Summer's great, but if you don't have an AC unit in your work/home office, good luck trying to get any work done. What to do? Why not have your computer work for YOU to keep you cool? Based on one of eHow's most popular projects, this nifty DIY Portable Bucket Air Conditioner, we've come up with a mini desktop version using a USB-powered fan, some food storage containers, and PVC pipe. So stop sweltering and start DIYing!
Things You'll Need
- USB mini fan with 4-inch blades and removable stand
- 2 styrofoam food containers with opening large enough for the fan to sit atop (32 oz. ones worked perfectly for us). Styrofoam helps keeps ice frozen longer.
- Plastic container with lid that fits styrofoam containers (we used a 4-quart food storage container). Clear plastic works best, but any will do.
- Utility knife
- Masking tape
- Power drill/driver (optional, but recommended)
- 1 1/4 -or- 1 1/2 inch hole saw drill bit (optional, but recommended)
- 2 PVC pipes 2 1/2 inches in length and with the same diameter as your hole saw
- 2 rubber bands
- Plastic sandwich bag filled with ice.
Step 1: Remove Fan Stand
Use your driver to remove the stand from the fan so that it sits inside your containers without any obstruction.
Step 2: Prepare Inner Insulated Ice Container
You're going to use your styrofoam containers to create a double-walled inner container where your ice will be stored. To start, use your utility knife to cut out the bottom of one of the containers, then place that container inside the other. Cutting out the bottom will give you more room for ice.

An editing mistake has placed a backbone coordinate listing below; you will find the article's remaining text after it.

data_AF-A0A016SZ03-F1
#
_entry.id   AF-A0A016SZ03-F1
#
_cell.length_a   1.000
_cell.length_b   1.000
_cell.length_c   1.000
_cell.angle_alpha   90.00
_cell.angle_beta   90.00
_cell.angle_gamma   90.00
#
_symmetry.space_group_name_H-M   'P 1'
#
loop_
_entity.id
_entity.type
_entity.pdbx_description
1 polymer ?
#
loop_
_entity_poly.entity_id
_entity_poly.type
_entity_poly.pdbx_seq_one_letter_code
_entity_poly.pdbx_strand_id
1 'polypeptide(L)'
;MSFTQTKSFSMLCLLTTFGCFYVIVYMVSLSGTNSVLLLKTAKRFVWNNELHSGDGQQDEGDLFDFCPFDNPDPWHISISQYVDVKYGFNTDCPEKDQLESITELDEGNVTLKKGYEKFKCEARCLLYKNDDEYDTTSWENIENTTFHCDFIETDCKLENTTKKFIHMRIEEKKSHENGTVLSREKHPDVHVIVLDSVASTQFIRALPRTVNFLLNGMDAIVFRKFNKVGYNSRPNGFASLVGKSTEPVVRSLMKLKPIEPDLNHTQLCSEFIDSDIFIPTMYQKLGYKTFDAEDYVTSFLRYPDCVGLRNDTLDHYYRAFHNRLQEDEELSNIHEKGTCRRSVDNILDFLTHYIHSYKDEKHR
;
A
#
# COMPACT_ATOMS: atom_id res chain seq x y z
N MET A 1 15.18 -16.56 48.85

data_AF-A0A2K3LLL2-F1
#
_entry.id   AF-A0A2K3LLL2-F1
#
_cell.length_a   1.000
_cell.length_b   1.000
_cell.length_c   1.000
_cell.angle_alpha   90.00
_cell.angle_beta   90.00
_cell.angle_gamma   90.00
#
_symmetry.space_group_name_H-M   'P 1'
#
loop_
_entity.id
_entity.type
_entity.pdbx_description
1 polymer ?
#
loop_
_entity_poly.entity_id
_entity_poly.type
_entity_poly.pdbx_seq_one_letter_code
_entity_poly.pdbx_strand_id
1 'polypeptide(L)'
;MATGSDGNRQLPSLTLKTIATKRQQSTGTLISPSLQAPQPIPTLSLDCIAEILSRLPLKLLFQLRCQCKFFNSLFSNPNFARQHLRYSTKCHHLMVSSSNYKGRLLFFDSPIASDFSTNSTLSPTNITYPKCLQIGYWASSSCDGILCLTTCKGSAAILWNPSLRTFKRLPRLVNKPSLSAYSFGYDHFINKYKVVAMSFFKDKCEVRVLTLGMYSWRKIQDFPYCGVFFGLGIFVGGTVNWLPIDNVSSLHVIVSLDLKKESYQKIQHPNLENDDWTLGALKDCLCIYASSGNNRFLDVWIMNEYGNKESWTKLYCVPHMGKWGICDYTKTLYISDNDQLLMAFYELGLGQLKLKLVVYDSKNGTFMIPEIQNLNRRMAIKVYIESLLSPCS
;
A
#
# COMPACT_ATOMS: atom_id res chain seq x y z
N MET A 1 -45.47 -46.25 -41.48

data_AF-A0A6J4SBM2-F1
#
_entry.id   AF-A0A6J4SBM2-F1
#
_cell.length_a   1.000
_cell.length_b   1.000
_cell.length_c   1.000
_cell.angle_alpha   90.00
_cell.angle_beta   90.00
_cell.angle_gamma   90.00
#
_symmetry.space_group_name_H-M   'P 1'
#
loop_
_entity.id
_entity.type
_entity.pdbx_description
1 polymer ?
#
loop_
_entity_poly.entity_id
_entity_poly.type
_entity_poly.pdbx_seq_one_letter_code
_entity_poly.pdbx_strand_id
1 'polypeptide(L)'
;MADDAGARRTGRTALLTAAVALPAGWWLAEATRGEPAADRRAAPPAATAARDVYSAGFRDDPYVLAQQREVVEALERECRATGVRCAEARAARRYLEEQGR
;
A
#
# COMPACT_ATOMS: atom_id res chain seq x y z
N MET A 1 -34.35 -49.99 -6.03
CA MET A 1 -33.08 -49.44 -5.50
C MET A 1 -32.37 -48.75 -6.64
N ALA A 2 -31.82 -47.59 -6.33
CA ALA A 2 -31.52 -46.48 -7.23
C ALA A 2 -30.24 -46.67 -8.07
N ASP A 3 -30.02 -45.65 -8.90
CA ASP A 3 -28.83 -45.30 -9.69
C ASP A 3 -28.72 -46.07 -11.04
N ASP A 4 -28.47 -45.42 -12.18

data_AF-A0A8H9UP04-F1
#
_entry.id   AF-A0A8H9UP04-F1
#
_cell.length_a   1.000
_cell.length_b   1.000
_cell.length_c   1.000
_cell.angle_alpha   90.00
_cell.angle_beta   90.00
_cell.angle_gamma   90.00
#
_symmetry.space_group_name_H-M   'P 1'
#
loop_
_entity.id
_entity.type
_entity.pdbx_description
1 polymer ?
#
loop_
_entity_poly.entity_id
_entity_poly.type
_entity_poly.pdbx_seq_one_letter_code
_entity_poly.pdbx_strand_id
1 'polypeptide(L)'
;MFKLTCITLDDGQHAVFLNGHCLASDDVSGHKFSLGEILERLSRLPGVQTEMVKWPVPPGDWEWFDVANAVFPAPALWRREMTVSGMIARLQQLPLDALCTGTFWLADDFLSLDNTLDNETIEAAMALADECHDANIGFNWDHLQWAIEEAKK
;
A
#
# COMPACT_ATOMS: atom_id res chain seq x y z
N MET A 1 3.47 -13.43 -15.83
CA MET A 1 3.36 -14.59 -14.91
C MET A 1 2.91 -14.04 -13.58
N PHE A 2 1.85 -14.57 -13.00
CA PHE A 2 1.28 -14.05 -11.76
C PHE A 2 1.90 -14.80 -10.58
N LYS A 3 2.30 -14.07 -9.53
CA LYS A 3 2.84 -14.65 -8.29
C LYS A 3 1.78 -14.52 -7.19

Step 3: Cut Holes in Inner Container for Discharge Tubes
If using a hole saw, you'll get a cleaner cut through your styrofoam containers if you stabilize the area to be cut with masking tape. If not using a hole saw, see the tip box at the end of this step.
Apply tape to the inside and outside of the styrofoam walls where you will cut through.
BEFORE you cut, you'll first need to mark where your hole should go. You need to ensure that the hole is placed beneath the fan or else you won't be able to insert the PVC tubes into the styrofoam container. To do this, measure the front half of the fan as shown below. This is the portion of the fan that will sit inside the inner container.
Take this measurement, and use it to mark a dot down from the top edge of the styrofoam container.
Ensure that you cut your hole right below this mark.
Now, with your hole saw set in REVERSE, drill a hole through the styrofoam at high speed. Drilling in reverse at high speed will give you a cleaner cut through the foam.
Now, repeat the hole drilling process to create another hole either below the first hole or beside it -- depending on personal preference as well as the size of your containers.
If you don't have a hole saw, you can use a utility knife to cut a hole through your styrofoam containers. You'll just need to find an outer container made from a thinner, softer plastic that can be cleanly and easily cut with a utility knife or a pair of scissors. A couple recommendations: reuse an empty, jumbo-sized food container from a big box store or pick up a small, disposable paint bucket from a hardware store.
Step 4: Cut Holes in Outer Container for Discharge Tubes